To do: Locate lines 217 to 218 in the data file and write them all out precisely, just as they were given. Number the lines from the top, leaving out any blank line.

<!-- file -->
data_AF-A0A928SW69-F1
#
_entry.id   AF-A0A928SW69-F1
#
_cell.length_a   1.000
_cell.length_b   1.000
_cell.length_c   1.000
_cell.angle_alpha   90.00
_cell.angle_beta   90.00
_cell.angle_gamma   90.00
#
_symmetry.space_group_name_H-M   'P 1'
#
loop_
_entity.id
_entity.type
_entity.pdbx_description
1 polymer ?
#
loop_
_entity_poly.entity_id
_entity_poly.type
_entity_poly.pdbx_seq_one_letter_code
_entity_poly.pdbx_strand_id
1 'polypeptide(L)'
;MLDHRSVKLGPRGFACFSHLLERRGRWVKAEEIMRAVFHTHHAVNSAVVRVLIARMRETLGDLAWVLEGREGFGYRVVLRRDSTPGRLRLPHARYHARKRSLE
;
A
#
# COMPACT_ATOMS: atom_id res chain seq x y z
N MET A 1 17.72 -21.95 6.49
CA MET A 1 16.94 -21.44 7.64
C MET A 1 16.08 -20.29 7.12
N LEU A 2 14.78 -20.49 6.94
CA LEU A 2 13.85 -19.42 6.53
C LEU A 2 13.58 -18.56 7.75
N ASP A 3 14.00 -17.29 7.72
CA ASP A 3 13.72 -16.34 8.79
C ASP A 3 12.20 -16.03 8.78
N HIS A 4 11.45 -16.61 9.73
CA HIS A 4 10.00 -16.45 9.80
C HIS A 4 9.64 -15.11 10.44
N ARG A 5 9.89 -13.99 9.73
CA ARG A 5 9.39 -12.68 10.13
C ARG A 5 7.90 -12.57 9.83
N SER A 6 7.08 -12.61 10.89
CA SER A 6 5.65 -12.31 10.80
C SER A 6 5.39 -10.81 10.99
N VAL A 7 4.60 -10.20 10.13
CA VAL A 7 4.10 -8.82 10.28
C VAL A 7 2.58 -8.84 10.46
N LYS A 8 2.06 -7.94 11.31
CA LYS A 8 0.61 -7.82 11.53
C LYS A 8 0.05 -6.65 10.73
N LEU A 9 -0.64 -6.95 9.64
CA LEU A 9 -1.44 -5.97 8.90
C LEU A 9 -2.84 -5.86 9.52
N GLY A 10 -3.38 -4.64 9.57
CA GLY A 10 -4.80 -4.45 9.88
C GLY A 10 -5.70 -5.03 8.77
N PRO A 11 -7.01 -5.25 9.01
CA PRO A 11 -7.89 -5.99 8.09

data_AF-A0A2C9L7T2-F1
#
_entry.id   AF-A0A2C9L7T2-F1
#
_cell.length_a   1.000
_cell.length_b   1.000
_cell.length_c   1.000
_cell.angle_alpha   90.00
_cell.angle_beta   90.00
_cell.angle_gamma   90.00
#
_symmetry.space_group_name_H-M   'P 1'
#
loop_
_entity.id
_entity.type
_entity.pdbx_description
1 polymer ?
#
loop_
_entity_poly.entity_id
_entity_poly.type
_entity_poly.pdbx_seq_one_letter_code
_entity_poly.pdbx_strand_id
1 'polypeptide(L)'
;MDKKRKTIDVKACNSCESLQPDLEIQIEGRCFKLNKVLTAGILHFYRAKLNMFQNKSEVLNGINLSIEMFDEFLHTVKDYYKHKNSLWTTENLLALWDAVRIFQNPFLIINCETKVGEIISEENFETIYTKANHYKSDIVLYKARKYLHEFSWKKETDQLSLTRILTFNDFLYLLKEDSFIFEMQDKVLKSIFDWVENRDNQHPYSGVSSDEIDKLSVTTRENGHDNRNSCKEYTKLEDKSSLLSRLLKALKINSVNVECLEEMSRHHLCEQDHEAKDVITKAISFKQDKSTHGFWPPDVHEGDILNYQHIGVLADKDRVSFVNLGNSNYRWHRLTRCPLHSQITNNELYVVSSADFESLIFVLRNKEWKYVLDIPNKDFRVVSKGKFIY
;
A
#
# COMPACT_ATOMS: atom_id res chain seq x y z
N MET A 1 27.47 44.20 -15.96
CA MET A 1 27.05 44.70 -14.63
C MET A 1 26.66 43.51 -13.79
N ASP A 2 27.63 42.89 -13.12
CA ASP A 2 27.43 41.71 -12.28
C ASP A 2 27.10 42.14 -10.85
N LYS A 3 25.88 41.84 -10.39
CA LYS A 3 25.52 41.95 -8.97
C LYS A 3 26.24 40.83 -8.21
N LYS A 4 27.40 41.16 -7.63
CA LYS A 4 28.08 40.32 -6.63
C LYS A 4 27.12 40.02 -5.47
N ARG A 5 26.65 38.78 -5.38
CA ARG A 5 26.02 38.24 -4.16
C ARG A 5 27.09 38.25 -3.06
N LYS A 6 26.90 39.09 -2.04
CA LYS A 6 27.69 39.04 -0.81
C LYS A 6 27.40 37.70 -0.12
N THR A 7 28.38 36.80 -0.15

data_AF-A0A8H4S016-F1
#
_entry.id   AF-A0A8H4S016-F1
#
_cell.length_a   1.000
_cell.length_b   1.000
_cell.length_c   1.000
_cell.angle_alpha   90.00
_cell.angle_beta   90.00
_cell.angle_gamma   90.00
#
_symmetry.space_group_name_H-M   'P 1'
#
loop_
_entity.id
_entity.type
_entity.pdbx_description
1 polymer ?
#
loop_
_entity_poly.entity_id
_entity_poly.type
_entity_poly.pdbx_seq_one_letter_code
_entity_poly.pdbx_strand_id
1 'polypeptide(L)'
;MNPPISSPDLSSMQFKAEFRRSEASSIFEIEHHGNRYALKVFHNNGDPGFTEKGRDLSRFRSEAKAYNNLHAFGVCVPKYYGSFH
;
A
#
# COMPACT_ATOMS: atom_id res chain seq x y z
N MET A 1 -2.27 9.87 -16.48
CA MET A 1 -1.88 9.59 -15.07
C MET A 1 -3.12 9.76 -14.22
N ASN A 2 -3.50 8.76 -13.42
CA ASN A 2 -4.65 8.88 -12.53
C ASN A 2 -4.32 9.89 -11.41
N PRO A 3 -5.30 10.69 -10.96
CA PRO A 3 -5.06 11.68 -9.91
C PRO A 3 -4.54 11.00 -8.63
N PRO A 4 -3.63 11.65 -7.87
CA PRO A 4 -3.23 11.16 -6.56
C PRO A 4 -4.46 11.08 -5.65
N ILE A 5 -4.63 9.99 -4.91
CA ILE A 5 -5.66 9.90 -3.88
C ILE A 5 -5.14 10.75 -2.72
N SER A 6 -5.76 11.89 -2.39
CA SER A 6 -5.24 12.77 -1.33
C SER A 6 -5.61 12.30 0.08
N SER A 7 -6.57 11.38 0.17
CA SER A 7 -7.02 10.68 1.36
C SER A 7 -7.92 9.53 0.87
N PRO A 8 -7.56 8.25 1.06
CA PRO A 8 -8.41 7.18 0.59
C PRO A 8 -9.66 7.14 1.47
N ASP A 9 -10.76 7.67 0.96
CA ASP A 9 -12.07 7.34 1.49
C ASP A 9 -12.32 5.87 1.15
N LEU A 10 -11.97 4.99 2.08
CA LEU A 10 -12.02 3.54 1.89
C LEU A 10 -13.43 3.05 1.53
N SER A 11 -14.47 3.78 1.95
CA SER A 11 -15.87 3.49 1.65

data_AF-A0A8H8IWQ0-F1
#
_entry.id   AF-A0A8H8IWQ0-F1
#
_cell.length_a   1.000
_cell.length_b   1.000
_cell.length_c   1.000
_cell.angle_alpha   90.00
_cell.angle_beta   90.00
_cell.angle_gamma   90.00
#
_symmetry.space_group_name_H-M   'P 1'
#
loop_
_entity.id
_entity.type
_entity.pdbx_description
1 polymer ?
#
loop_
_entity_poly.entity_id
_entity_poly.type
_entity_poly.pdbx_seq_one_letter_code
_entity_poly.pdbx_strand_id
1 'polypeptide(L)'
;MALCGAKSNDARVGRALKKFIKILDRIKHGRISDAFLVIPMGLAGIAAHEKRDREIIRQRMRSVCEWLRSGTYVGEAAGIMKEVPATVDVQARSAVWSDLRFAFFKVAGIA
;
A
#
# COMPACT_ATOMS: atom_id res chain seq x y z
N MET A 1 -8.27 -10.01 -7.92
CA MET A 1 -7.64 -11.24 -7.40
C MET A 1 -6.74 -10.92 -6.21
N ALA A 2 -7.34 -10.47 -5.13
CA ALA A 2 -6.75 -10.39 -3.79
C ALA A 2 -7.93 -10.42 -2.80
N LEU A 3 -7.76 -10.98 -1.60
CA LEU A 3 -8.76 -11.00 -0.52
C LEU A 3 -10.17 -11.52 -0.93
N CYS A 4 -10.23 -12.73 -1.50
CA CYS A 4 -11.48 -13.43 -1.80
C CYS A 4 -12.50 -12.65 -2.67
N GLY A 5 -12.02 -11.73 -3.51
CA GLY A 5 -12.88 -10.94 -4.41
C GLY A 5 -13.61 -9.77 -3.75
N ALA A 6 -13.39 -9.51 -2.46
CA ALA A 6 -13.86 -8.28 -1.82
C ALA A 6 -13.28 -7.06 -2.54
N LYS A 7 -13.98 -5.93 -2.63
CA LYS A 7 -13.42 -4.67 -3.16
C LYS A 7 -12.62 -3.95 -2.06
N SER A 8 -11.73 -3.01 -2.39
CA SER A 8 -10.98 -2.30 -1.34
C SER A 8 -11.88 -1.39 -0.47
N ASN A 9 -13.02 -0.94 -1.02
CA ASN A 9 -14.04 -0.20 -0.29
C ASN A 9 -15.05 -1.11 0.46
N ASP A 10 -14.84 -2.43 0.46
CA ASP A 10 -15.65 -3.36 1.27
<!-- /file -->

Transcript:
CA GLY A 5 -12.88 -10.94 -4.41
C GLY A 5 -13.61 -9.77 -3.75